The big news going into the season’s second Grand Slam, at Roland Garros, was more about who wasn’t going to be there. Both the men’s and women’s tours have been rattled lately with a spate of injuries—for starters: former US Open champion Emma Raducanu (wrist surgery), former world-number-two Paula Badosa (stress fracture in her spine), the perpetually effervescent Nick Kyrgios (foot injury suffered during a robbery), and rising Italian star Matteo Berrettini (abdominal injury). In addition, Naomi Osaka is taking a break from the tour to prioritize her pregnancy; Andy Murray is sitting out the French to give himself a better shot at Wimbledon; and 2018 French Open winner and former number-one Simona Halep has been suspended for a doping offense.
All that said, the vast majority of the talk of who we’re missing this year was centered around one particular legend: Rafael Nadal, who’s won a record-tying 22 Grand Slams—14 of them French Open titles, far more than any other player in history. While Nadal has been plagued off and on in recent seasons by minor injuries, his current hip and abdominal troubles are serious enough to keep him from even practicing, much less playing competitively. And while his stated goal is to be back to tennis in time to play September’s Davis Cup matches for his native Spain, it’s anyone’s guess whether that will ultimately prove possible—or whether he’ll be able to play what he’s already stated would be a final French Open next year before retiring.
Who’s still playing? Everybody else. The tournament’s draw was announced earlier today, and the spate of must-watch first-round matches includes Americans Danielle Collins and Jessie Pegula squaring off against each other (Pegula is seeded third), along with second seed (and reigning Australian Open winner) Aryna Sabalenka playing 32nd-ranked Ukrainian Marta Kostyuk, who on a good day is capable of beating a Grand Slam champion.
Despite a recent minor injury causing her to truncate her clay-court warmup in Rome, world-number-one Iga Swiatek remains the favorite. And while Sabalenka has been on a roll lately, clay isn’t exactly her strong suit. Keep an eye on sixth seed Coco Gauff, who’s also been hitting the ball and moving extremely well lately, along with Pegula, fourth seed Elena Rybakina, and seventh seed Ons Jabeur.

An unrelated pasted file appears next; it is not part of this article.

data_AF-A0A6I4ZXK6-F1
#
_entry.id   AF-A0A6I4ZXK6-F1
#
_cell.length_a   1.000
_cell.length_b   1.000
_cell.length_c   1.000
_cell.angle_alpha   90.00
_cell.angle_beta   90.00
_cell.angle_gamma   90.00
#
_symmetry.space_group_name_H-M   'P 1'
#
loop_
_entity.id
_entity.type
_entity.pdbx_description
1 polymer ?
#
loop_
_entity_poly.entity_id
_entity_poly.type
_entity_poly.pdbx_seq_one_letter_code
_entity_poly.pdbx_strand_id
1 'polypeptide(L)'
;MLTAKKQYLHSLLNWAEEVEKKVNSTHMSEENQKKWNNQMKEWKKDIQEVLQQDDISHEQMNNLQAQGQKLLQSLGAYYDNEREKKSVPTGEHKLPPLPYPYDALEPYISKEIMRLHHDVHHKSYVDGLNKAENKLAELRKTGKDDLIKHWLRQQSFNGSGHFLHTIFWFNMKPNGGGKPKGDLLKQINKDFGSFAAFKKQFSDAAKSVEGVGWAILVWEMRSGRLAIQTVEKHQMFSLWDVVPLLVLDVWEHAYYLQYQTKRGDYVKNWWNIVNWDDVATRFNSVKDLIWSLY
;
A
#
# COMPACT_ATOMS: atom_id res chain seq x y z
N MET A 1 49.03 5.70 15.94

On the men’s side, all eyes will be on the still somewhat freshly minted world-number-one Carlos Alcaraz, whom many have tapped as Nadal’s successor for dominance on clay and elsewhere. And while Alcaraz will play a qualifier in the first round, he could face Stefanos Tsitsipas in the quarterfinals; third-seeded Novak Djokovic, another 22-time Slam winner, in the semifinals; and second-seeded Daniil Medvedev—while not a clay specialist, per se, an ever-present threat on any surface—in the finals.
There’s also a very of-the-moment first at this year’s tournament: The French Open will be providing players with protection from cyber-bullying in the form of access to Bodyguard.ai, a content-moderation and audience-analysis tool to monitor their social media accounts and filter out hateful, harassing, discriminatory, or threatening comments and activity. It’s a move that’s been welcomed by both players and players’ representatives—and one we may well see adopted both by other tournaments and by players’ associations.
Play in the main draw of the French Open begins on Sunday.
This article was originally published on Vogue.com